The U.S. Navy conducts frequent freedom of navigation operations in the South China Sea, and has encouraged other nations in the region to be wary when negotiating with China over navigation rights in the area not to surrender their rights to ‘innocent passage’ and ‘transit passage’ in accordance with UNCLOS. The United States has not, however, developed an effective response to China’s increased naval capabilities or belligerent behavior in the neighborhood. There is a lack of clarity, for example, as to how Washington would respond to a conflict between China and the Philippines, despite a defense treaty with Manila.
What To Do
The following steps would help the United States resume its place as leader of the Free World, ensure economic and national security, and continue to serve as an example for all people yearning for representative government, peace, and a better life.
UNCLOS is the most comprehensive set of rules on the peaceful use of the seas and its resources. Congress must ratify this treaty.
Ensure Security in the Arctic
Working with the other Arctic nations, the United States should develop comprehensive plans and strategies to ensure that no single nation can exercise dominance or control of the Arctic. This includes engaging with Russia to prevent that nation’s military dominance, and with China to control illicit fishing. Chinese illegal fishing is often accompanied or followed closely by militarization as Beijing seeks to cement its status as a global power.
Push Back Against China in the South China Sea
While continuing to ensure freedom of navigation in this key economic and strategic region, the United States must work with regional parties to seek peaceful resolutions to territorial disputes and adherence to international norms. Re-engaging with the Trans-Pacific Partnership (TPP) would be an excellent first step to re-establishing U.S. influence and leadership in the Indo-Pacific region.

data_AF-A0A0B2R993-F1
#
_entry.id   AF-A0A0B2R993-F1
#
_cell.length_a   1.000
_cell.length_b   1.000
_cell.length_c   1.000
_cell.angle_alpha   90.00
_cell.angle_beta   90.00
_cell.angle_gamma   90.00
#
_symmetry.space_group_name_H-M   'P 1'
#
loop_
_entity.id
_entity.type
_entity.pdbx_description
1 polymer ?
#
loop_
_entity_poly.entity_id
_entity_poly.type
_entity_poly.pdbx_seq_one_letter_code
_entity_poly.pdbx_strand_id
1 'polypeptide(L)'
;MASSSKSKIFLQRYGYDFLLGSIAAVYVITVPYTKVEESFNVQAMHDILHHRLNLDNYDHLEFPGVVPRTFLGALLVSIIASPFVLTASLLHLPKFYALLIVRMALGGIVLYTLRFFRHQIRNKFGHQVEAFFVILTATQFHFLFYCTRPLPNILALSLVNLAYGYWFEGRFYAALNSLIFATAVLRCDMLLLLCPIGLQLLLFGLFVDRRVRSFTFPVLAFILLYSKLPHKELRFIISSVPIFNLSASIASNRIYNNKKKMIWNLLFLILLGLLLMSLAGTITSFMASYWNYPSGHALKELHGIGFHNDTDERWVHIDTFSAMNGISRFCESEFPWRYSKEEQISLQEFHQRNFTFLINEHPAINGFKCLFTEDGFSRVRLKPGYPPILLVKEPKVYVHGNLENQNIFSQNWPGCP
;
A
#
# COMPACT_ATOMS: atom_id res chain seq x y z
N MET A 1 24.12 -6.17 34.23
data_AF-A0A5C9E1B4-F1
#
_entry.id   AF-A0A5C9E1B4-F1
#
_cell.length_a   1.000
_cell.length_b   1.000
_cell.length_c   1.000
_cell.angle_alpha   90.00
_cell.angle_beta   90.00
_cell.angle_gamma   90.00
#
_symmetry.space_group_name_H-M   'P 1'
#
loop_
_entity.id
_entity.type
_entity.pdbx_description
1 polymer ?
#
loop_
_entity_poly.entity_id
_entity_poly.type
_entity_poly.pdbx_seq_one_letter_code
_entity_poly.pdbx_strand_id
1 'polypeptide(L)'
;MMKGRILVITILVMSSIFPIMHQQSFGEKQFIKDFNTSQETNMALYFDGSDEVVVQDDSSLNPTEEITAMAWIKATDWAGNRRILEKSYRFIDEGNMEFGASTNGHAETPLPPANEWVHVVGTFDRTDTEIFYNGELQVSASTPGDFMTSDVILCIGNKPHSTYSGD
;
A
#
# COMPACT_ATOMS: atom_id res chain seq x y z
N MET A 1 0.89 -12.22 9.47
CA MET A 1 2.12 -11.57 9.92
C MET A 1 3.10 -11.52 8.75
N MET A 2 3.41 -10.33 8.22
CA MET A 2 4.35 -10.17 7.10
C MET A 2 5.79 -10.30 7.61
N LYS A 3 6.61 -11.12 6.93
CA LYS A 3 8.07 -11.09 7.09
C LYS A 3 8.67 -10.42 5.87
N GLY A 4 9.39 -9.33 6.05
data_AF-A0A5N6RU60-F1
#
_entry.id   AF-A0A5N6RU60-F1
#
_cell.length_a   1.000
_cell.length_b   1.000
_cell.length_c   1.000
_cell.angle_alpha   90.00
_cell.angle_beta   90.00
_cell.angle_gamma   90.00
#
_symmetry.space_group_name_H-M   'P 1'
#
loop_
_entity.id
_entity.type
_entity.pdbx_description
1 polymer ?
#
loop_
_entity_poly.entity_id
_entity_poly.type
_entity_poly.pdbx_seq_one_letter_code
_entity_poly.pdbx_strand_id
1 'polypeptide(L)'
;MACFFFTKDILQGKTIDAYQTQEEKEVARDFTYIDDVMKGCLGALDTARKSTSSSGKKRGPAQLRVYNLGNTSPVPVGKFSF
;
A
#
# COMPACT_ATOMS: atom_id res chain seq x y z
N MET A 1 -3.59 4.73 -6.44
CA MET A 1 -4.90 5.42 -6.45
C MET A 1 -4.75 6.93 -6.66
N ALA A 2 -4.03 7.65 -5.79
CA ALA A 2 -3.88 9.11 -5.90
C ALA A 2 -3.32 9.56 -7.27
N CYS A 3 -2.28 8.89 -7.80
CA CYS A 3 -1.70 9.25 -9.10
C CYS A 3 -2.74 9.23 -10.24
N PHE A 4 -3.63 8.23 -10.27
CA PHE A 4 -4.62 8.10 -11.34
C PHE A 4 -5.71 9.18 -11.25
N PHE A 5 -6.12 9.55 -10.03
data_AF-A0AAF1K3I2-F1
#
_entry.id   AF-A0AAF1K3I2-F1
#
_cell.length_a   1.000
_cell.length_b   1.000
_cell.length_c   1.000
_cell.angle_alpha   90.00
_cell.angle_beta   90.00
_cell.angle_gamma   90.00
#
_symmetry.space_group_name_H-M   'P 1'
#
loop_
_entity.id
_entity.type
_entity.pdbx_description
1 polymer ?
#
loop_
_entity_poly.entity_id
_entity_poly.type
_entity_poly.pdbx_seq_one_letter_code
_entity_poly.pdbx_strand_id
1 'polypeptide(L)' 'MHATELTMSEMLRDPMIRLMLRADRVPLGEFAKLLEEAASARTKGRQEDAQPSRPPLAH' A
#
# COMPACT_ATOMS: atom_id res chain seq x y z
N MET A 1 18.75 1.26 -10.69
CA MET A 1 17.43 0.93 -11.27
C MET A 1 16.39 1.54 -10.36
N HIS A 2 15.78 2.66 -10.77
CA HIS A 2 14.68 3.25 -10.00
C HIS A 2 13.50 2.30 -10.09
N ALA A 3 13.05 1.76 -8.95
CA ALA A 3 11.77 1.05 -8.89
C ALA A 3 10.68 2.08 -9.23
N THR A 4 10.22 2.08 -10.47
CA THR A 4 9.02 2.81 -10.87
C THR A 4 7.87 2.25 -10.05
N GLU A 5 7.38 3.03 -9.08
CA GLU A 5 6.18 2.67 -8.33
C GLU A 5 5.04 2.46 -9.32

Invest in Diplomacy
As former Marine General and Secretary of Defense James Mattis famously said when he was the Commander, U.S. Central Command, “If you don’t fully fund the State Department, then I need to buy more ammunition.” Other national security leaders have echoed those sentiments over the years. It takes decades to recruit, train, and season senior-level diplomats. Their experience, knowledge, and insights are critically important to representing the United States to the world, and to interpreting foreign governments and world developments to leaders in Washington. The State Department’s budget is a fraction of the Pentagon’s, but it deserves priority and consistency.
In the past century the world has seen what happens when the United States leads and when it does not. The world’s oceans and seas are the economic lifeblood for the United States and most of our allies and partners. Restoring American leadership in the international arena, especially in the effective, cooperative use of the seas, requires active and meaningful engagement across a wide range of issues. It is time for a hard-headed assessment of America’s place in the world, and a realization that no country can go it alone.